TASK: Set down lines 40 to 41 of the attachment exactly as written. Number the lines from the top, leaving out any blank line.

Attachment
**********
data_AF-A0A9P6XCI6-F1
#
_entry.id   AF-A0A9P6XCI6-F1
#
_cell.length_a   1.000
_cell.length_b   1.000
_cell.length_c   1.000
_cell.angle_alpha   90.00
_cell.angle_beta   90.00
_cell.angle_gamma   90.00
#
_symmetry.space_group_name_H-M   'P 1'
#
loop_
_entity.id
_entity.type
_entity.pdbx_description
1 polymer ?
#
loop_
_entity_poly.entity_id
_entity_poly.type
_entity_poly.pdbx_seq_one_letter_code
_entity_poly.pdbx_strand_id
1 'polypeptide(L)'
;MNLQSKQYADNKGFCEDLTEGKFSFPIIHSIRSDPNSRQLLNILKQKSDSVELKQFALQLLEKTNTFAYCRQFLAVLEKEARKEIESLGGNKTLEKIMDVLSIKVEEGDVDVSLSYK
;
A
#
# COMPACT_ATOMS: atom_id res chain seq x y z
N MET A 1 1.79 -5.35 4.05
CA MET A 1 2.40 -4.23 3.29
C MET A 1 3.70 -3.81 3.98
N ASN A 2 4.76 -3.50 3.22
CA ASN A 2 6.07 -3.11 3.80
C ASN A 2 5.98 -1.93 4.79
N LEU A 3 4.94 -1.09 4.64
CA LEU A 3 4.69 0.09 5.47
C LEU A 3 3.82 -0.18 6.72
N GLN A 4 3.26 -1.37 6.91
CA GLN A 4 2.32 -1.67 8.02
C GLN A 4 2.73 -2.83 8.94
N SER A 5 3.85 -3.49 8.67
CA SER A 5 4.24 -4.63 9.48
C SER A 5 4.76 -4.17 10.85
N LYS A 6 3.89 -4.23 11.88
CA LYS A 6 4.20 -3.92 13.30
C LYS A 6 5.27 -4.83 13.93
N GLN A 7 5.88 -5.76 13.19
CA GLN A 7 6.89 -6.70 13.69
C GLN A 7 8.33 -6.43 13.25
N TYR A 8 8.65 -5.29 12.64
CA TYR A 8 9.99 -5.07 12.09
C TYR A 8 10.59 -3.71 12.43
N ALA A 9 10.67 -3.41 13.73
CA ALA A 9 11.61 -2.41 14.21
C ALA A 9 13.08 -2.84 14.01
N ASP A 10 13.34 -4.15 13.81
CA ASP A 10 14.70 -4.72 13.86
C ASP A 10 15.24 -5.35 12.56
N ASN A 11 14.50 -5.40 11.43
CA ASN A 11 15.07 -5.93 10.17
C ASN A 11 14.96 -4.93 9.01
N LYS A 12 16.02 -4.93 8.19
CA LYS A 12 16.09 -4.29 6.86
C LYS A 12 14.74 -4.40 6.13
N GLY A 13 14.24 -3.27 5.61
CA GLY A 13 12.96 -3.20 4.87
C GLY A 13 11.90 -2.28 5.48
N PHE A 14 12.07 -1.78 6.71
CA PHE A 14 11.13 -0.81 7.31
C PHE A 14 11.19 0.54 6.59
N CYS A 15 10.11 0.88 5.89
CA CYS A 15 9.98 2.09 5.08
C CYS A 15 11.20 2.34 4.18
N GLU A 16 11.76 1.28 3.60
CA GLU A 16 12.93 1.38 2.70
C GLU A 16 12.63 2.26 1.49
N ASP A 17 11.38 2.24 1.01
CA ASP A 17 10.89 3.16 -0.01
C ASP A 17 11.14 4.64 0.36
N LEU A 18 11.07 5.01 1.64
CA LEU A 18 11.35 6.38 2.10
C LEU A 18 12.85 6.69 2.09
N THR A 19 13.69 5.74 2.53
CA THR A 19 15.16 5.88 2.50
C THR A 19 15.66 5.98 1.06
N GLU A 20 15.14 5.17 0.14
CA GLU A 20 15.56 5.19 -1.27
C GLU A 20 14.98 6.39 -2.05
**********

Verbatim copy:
N GLN A 4 3.26 -1.37 6.91
CA GLN A 4 2.32 -1.67 8.02